So, with four months reduced for good behavior I served 18 months at the Stonebridge Minimum Security Facility. Serving time among men convicted of non-violent crimes was not quite what you see in prison movies. Oh sure, there were assholes, even a couple of psychos, but in general I found a population of men much like myself: clever risk takers not afraid to think big. I realized that these men represented a tribe of which I was a bona fide member, adventurers unafraid to take a big risk, willing to go for the big ticket.

During indoctrination week I was hospitalized with appendicitis. In the hospital ward I met Gudron W. Johnson, 68, once a cartographer with the National Geodesic Survey, now serving a 30 months stretch for attempting to sell a forged 1713 Spanish map of Santa Fe. Gudron's hand had been severely injured in an industrial sewing machine accident in the prison industries' uniform plant, rendering his forging days over. How fortuitous that when released from the hospital ward we ended up in the same dorm. This fine old man would change my life.

Gudron became my mentor. He liked the imaginative qualities of my forgeries and the quality of my penmanship, but said my marketing was 100% amateur and exposed. From him I learned so much about fences, identity shifts, sources of authentic paper, stock, inks, as well as police methods of entrapment. There is no better place than prison to refine one's shadier skills and artistry. He emphasized the importance things like salesmanship, and appearance: dress, speech, and manners. GQ, The Condé Nast Traveler, and Gourmet became textbooks. Lamenting the injury to his hand, he floated the idea that with my talents we could partner. In his salad days Gudron had run various cons until learning forgery from a master while serving time at the Federal Penitentiary in Atlanta while still in his 30s. Much later I would later learn that over the years he had amassed some money and a house which he successfully shielded from seizure.

We discussed dozens of schemes. Gudron's specialty was antique maps, forged or stolen. Attempting to sell a forged 17th Century map of Santa Fe to legitimate buyers had landed him in prison. He told me that once released he would jump back in the game. He had a stash of stolen bonafide Revolutionary War maps that he planned to market to what he called indiscriminate buyers, collectors who were callous about provenance. "They're rich greedy fucks who don't give a shit if the piece is hot. They're infected with acquiring anything they fancy. Legitimate buyers like universities or museums fetch the highest prices but present the highest risk too. Fences are a lower risk. The trick is to find a greedy collector with money and larceny in his heart. Believe me, there are plenty. The skill lies in rooting them out safely." He said that sometimes he had foisted a forged map as stolen, a romantic cachet that actually appealed to a certain type of collector. The ruined hand however, had ended his forgery, but not mine. I would in so many ways become his right-hand man.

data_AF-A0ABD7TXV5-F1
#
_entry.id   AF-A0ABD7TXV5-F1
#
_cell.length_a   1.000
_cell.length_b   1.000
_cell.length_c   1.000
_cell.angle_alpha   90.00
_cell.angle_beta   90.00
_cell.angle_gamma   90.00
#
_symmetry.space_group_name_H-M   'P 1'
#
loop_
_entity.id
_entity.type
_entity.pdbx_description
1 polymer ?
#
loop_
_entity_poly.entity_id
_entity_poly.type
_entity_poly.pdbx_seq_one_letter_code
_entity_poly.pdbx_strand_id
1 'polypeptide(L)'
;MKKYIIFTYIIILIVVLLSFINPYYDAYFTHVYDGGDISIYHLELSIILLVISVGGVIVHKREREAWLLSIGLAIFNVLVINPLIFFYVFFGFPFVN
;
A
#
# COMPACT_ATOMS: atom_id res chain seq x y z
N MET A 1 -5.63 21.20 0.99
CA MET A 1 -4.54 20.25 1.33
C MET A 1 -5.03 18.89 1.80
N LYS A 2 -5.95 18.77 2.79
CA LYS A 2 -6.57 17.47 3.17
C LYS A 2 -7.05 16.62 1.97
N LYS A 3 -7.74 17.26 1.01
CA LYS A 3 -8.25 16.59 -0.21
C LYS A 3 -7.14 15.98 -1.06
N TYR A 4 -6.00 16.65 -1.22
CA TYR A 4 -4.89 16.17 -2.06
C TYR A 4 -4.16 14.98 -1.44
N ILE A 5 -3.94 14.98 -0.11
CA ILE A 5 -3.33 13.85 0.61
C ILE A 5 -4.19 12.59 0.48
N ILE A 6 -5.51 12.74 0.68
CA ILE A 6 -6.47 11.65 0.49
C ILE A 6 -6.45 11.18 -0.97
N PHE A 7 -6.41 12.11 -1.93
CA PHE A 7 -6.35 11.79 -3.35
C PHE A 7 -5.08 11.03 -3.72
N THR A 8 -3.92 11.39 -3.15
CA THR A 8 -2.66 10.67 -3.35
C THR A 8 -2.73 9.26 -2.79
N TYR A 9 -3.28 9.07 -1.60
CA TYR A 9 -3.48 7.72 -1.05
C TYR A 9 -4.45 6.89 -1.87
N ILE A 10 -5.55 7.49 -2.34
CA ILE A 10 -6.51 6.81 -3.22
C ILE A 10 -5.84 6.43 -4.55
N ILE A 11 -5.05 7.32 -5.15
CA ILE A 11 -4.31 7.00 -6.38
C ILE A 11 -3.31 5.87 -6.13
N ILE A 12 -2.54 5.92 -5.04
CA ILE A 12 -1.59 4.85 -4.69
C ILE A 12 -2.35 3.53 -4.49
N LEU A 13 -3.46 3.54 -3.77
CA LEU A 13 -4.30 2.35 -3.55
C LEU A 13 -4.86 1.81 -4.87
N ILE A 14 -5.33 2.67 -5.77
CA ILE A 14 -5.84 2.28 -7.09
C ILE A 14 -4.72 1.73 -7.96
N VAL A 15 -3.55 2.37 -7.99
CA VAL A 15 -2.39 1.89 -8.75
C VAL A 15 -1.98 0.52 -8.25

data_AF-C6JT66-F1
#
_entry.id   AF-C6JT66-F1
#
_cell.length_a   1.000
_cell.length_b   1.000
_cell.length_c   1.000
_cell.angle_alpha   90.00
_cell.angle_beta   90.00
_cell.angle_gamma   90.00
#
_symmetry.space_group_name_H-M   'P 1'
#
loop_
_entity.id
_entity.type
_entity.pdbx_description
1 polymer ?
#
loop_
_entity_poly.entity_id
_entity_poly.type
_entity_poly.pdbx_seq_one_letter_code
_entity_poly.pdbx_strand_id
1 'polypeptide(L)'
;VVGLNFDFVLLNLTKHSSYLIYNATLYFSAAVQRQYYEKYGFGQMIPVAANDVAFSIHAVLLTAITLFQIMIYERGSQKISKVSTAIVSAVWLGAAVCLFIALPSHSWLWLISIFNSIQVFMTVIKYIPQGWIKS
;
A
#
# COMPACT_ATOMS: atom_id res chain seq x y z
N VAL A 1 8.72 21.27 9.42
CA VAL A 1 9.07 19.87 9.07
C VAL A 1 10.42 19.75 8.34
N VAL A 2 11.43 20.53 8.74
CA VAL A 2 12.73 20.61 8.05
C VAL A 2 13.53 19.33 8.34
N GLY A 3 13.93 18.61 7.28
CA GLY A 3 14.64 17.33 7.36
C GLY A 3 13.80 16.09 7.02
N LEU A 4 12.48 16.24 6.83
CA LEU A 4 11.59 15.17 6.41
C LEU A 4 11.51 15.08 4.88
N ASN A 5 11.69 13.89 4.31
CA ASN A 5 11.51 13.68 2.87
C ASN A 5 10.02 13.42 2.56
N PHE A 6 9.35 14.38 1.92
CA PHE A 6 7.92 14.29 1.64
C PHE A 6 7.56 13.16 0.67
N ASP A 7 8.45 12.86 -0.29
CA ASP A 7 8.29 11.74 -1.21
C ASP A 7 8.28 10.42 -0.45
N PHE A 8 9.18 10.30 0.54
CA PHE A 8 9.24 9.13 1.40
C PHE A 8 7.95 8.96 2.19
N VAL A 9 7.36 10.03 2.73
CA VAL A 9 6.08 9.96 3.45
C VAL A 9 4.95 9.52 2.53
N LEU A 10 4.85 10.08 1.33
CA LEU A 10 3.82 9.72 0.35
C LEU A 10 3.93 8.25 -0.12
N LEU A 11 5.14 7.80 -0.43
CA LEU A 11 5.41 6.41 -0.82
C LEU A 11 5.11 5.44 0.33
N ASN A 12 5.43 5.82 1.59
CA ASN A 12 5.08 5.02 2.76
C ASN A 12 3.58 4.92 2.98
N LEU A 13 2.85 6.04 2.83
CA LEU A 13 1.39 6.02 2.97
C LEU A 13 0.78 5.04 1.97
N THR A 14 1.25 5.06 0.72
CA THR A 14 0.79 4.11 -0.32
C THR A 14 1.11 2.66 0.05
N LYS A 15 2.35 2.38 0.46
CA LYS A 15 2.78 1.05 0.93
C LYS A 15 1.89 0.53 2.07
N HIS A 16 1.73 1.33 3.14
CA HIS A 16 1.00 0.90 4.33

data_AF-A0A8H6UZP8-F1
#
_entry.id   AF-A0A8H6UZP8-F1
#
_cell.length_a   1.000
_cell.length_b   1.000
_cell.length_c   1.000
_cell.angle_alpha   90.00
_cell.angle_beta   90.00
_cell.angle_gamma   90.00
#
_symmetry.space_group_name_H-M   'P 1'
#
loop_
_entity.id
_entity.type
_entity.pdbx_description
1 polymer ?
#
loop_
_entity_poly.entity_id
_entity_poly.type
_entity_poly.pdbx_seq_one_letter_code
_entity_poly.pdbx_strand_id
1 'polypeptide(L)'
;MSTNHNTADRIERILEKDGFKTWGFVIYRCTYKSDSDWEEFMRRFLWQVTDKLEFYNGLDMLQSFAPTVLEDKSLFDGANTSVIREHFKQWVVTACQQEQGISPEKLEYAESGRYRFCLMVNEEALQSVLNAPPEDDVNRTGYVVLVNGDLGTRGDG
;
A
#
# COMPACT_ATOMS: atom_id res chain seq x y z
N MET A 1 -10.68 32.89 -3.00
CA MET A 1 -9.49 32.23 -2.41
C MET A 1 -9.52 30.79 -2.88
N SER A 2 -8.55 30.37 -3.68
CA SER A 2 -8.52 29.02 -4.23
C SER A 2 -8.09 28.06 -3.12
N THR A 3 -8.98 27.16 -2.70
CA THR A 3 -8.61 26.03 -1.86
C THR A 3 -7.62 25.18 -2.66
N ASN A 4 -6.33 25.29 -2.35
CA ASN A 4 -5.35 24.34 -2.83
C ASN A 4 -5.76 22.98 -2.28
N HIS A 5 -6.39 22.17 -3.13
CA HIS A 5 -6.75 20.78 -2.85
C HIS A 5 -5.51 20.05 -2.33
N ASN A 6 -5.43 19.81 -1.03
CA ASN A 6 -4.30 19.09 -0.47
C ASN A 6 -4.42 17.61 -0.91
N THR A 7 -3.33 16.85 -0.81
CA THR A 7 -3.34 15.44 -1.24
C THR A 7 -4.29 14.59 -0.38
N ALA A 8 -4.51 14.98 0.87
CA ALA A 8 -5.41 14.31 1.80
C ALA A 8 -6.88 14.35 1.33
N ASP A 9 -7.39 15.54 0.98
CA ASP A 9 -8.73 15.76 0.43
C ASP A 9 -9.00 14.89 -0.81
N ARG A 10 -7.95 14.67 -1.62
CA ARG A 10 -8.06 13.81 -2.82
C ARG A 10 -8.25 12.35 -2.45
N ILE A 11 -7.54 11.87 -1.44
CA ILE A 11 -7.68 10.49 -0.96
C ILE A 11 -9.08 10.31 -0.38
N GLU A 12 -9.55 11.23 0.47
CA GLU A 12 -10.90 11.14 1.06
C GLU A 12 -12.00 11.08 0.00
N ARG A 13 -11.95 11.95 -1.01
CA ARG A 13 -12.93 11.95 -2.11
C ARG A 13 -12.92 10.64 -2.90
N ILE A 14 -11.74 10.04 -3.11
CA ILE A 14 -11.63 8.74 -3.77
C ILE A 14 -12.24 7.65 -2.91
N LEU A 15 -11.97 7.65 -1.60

It seemed ludicrous to remember my thoughts on the sheriff's bus carrying me from my trial to prison. I told myself I would straighten out my fucked-up life, to eschew gambling and any hint of crime. to quit smoking, and to lose weight. However, not long after I met Gudron, I was champing at the bit to jump back into the game. I did however quit smoking and drop 30 lbs. Gudron's release occurred three months before mine. Each week I received an unsigned post card from Baltimore. The last card included the phone number.

Gudron met me at the Greyhound Station in Baltimore. Over crab cakes and beers, we celebrated my release. "Bunk at my place, Ray. I've plenty of room. You can get your own digs once you're on your feet."

He had a beautiful brick two story in the suburbs. An old girlfriend had occupied and cared for the place while Gudron was in stir. Upon his release she had left to live with a son in Canada.

A large upstairs bedroom held two beautiful eight-foot long work benches with inks, engraving tools, blank plates, pens, drafter's equipment, computers and a commercial grade ink jet printer, lenses, a small manual letter press, and a copier machine in a corner. He even had a 3-D printer and sophisticated equipment that could print holographic images. In the basement next to the washer and dryer were high intensity incandescent dryers, a small hydraulic press, and a bleaching tank: equipment to age paper and for removing identification from stolen documents. Although the accident to Gudron's hand had ended his forging days, he knew the ropes, the contacts, and the traps. "With you and me together we can have the world by the balls as long as we're careful," he told me.

Back at Stonebridge he had been teased about his subscription to Gourmet magazine, until the Silence of the Lambs movie featured Dr. Lecter reading Bon Appetite. He loved to lay out a beautiful meal and I appreciated his talent and congeniality. He'd never married but had had several long relationships with good women. He always had money and pressed me to borrow whatever I needed until we began to score. He was a kind and generous soul whom I had grown close to. "You feel better and work better when you're comfortable."